School funding was the major topic of discussion during a town hall meeting last week with state Rep. Marian Harris (D-Canal Winchester).

School funding was the major topic of discussion during a town hall meeting last week with state Rep. Marian Harris (D-Canal Winchester).

More than 20 residents from Ohio House District 19 attended the Feb. 19 meeting to learn more about the newly elected state representative and express their concerns and ideas about education, public transportation and health care at Madison Township's community center.

Harris said she supports Gov. Ted Strickland's education reform plan.

"It was very impressive," she said "He's not just putting Band-Aids on it, which is what we've had for the past 15 years."

Harris said under the governor's plan, school district operating levies will be less frequent. Fifty-nine percent of school funding will come from the state. The rest will come from property taxes, she said.

"You do want to maintain that local control," she said.

Harris said four of the five school districts in her constituency have operating levies on the ballot for May.

Residents wanted to know how to pass a levy in a school district such as Canal Winchester, where residents have turned down four levy attempts in the past three years.

Harris said passing a levy is about marketing it and avoiding misconceptions.

"You have to vote for that levy," she said. "You have to work for it. I'll come out and knock on doors for you."

Tim Hanely, of Canal Winchester, said he's voted for school operating levies the past two times. He said school officials should not raise the millage rate after each failure.

Harris explained that each time a levy fails, the need for revenue compounds, which means school officials are more likely to ask for higher millage.

"You've got to have money," she said. "I often think we should change the word 'taxes' to 'dues.' If you want to live in a civilized society, you got to pay the dues."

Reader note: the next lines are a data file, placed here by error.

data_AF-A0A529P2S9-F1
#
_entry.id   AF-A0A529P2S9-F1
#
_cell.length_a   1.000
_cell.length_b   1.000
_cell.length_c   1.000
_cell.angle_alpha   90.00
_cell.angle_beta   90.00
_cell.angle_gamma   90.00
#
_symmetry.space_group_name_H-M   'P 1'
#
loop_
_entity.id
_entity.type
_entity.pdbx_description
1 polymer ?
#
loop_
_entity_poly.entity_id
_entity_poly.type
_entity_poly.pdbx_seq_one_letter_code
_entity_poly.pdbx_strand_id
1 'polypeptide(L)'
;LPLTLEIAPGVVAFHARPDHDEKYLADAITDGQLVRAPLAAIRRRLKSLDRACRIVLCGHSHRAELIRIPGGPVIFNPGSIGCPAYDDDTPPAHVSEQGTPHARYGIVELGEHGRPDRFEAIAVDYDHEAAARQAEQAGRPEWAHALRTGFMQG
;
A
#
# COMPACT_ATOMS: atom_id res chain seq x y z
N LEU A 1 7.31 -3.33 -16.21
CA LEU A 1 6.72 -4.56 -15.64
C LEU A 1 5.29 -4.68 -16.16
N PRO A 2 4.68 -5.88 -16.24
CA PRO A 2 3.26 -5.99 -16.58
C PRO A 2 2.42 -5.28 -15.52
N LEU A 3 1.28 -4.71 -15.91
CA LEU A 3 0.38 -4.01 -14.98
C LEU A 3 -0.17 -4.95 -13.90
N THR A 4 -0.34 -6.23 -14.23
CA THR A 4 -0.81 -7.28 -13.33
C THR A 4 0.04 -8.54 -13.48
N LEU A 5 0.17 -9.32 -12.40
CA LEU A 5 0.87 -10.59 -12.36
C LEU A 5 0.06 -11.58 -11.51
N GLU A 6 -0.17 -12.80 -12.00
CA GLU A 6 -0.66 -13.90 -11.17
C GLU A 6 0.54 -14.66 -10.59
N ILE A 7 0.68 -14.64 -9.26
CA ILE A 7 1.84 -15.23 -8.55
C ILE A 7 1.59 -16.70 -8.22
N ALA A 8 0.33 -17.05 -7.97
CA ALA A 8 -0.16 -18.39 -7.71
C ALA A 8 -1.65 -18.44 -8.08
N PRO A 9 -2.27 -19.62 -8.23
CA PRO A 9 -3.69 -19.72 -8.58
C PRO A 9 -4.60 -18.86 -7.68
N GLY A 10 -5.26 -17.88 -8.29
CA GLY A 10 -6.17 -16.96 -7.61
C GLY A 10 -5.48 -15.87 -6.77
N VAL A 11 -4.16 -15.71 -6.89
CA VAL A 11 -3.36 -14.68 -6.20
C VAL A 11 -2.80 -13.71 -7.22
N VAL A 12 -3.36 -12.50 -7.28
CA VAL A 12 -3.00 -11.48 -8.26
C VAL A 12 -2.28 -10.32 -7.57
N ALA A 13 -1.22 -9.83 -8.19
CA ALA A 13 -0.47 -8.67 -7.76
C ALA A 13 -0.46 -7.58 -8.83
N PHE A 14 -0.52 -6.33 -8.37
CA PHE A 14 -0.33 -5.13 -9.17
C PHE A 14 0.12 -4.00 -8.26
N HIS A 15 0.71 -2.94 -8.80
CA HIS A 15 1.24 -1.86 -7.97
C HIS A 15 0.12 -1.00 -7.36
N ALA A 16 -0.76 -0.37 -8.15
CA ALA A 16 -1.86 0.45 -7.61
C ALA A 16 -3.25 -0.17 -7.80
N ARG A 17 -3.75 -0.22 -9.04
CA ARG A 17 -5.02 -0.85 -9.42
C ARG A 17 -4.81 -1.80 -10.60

She said the education system in this country pales in comparison to European countries.

"We ought to be ashamed," she said.

Discussion continued among residents about ways to improve state services in public transportation and health care.

One resident said he would support gambling in Ohio if he knew the proceeds would go toward funding schools.

Harris said she is "on the fence" when it comes to gambling. The social issue takes more importance, she said, but added that she would be willing to change her mind if proceeds could fund a service such as education.

Because she's been in office only about a month, Harris said she can provide only simple answers to many residents' questions.

"I describe myself as broadly shallow," she said. "I know a little bit about a lot of things."

She said she plans to hold regular meetings and invite experts to talk more in depth about certain topics.

After the meeting, Hanely said he was impressed to see Harris holding a town hall meeting after only a month in office. He said the current General Assembly members inherited the problems the state faces now.

"I don't blame the current administration for these problems," he said.

Hanely added he's hopeful for the governor's education reform plan.

"It sounds like Chinese math, but who cares if it works," he said.

Canal Winchester resident Kevin Owen said that "to hear everybody's panoramic point of view was helpful."

He added he thinks Mayor Michael Ebert should back the Canal Winchester schools operating levy "more vocally."